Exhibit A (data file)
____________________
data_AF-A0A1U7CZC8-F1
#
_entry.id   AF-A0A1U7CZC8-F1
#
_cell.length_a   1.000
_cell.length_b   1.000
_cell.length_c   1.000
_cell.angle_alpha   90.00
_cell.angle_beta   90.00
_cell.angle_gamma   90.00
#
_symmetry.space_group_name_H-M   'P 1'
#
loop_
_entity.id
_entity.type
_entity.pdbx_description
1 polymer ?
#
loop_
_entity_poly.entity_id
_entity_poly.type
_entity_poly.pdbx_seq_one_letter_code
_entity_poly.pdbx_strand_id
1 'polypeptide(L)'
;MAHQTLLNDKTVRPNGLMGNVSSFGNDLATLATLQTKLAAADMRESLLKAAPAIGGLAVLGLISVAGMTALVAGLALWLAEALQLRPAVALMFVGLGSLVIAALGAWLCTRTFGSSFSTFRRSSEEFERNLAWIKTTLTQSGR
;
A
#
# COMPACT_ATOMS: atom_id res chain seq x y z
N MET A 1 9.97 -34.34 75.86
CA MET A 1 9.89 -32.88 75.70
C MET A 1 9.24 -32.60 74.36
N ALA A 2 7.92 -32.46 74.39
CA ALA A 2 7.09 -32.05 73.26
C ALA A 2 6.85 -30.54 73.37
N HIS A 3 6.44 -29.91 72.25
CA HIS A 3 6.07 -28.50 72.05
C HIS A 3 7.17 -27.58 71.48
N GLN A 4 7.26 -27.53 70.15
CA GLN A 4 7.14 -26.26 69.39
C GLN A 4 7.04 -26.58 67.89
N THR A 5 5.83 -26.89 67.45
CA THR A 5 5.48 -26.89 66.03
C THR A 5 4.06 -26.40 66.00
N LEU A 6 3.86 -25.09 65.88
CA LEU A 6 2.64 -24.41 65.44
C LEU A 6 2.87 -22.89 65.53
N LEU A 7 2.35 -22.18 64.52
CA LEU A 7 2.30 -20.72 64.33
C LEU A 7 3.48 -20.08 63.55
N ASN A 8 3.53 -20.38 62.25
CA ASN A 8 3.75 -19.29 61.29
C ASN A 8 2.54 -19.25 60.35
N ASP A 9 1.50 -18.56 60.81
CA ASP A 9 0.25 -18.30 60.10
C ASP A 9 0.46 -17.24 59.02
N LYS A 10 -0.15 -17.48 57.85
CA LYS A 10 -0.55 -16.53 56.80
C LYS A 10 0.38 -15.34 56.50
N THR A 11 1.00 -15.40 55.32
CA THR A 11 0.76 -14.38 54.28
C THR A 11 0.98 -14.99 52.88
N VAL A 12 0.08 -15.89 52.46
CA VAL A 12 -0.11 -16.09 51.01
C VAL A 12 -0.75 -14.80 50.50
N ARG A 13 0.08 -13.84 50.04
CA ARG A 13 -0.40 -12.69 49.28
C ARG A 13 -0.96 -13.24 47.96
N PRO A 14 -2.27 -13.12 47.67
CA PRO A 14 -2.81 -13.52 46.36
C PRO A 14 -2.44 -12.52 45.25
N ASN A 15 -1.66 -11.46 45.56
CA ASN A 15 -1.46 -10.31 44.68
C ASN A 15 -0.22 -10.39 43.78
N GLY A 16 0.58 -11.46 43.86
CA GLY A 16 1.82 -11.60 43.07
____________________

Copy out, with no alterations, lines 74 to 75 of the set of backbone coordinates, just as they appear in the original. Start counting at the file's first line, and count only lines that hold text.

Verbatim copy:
CA ASN A 15 -1.46 -10.31 44.68
C ASN A 15 -0.22 -10.39 43.78